It is our sad duty to report of the poisoning of at least three Griffon vultures in southwest mainland Greece.
Colleagues at Bulgaria’s Fund for Wild Flora and Fauna (FWFF) who work on Griffon vulture conservation in the country first reported some alarming behaviour from one of the birds they fitted with a GPS transmitter. The bird, 1H-Wild, had been caught in the Kresna Gorge in the south west of Bulgaria in July 2017 and fitted with a transmitter, and has been tracked since.
Immediately after capturing and tagging, 1H-Wild moved to Pindus/Central Greek Mountains, where it spent the rest of last year´s summer. In the winter 2017/2018 it moved to Eastern Rhodopes. In April 2018 it flew to Akarnanika (SW Greece) and moved between Akarnanika and Messolonghi several times. Then on 13.05.2018 the bird moved from Akarnanika to Messolonghi and from there directly to Central Greek Mountains. 1H-Wild was last recorded visiting the central Greek mountains near Agrafa. The data from the GPS transmitter suggest that 1H-Wild fed in the area and moved some 5km away, but then stopped moving completely.
Recently Hristo Peshev, from the FWFF, visited the area and found 1H-Wild, almost fully decomposed.
As poisoning was suspected the alarm was raised and the Hellenic Ornithological Society anti-poison dog unit, along with a warden from the Tzoumerka National Park, went recently to the relatively remote area to try to find more birds. Near the site where 1H-Wild was last recorded the team unfortunately discovered two more dead Griffon vultures, both untagged and unringed birds. Near the site of these two vultures was the carcass of a calf that was half eaten, and we believe that this was used as bait as nearby there was a plastic bottle with white powder residue.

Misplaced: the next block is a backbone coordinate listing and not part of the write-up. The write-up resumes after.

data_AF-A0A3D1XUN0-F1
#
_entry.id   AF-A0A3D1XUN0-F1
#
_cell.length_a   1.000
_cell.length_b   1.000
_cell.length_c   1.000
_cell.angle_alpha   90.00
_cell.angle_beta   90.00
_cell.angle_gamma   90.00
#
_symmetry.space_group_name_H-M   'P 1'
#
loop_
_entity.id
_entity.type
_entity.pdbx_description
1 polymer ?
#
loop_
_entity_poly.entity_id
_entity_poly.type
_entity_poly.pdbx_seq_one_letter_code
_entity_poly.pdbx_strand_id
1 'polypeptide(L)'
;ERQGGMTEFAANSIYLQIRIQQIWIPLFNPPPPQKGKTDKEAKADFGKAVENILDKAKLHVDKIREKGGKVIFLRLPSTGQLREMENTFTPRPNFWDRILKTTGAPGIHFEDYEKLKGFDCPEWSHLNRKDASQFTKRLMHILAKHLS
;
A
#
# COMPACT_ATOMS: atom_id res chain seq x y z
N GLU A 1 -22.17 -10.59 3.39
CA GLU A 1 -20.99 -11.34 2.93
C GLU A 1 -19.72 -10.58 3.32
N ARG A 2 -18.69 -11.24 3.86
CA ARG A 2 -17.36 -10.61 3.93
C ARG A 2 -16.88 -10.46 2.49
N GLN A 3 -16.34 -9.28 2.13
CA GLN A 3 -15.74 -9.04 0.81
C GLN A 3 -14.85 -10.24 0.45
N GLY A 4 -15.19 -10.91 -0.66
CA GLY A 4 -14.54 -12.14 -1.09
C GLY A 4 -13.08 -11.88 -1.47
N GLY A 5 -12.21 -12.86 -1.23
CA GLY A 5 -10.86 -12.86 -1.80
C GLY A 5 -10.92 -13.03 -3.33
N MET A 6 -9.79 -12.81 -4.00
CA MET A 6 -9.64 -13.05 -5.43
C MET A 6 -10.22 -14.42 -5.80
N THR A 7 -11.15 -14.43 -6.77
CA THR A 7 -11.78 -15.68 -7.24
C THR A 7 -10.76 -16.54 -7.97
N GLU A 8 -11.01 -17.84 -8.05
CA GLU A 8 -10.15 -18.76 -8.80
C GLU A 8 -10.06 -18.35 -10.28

The remains of all three birds, and the plastic bottle, were collected, and were frozen, so that proper toxicological analysis could be done to establish exact cause of death.
The news is a huge blow to Griffon vulture conservation in the Balkans and for our friends who have been working tirelessly to protect the species. These deaths demonstrate the need to work across international borders to tackle the issue of illegal poisoning.
The threat to vultures
Poison is the main threat to vultures worldwide, as identified in the Vulture multi-Species Action Plan, a comprehensive strategic document that highlights priority for action for the conservation of 15 species of old world´s vultures, and that was recently adopted by the signatories of the Convention for Migratory Species (CMS).
In the area where this latest poisoning incident occured, south west mainland Greece, the remote mountains provide superb feeding opportunities for wolves and bears, which are making a remarkable comeback in the area due in part to abandonment of traditional livestock practices. The free ranging cattle that have replaced the goats in the area, provide a rich supply of food for bears and wolves. SW mainland Greece where the latest poisoning occurred may be an ecological trap for vultures.
Many countries dedicate considerable resources to fight the threat of poisoning to vultures. The EU LIFE budget for example funds anti-poisoning actions in many projects dedicated to vultures, including most of the LIFE projects in which the VCF is participating.
In mainland Greece there are three anti-poison Dog Units, two managed by HOS and the other one by WWF Greece, created in response to a number of poisoning incidents related with the illegal use of poisoned baits. However, the use of poison against predators (wolf, bear, but also foxes, feral dogs, etc) continues to be frequent in Greece, and across the Balkans, and this has caused impacts not only on Greek vultures – now exceedingly rare, but also scavengers from neighbouring countries.
The Balkans Anit-Poisoning Project
In parallel with the vulture conservation programmes we are contributing to in the Balkans (see Vultures Rewilding and Vultures back to Life projects), the VCF has also launched a new project to combat poisoning in the region, the Balkans Anti-Poisoning Project (BAPP), with actions in five Balkan countries (Albania, Bosnia and Herzegovina, Croatia, Macedonia and Greece).
In Greece the BAPP project will support the implementation of several activities contributing towards the ongoing efforts against wildlife poisoning.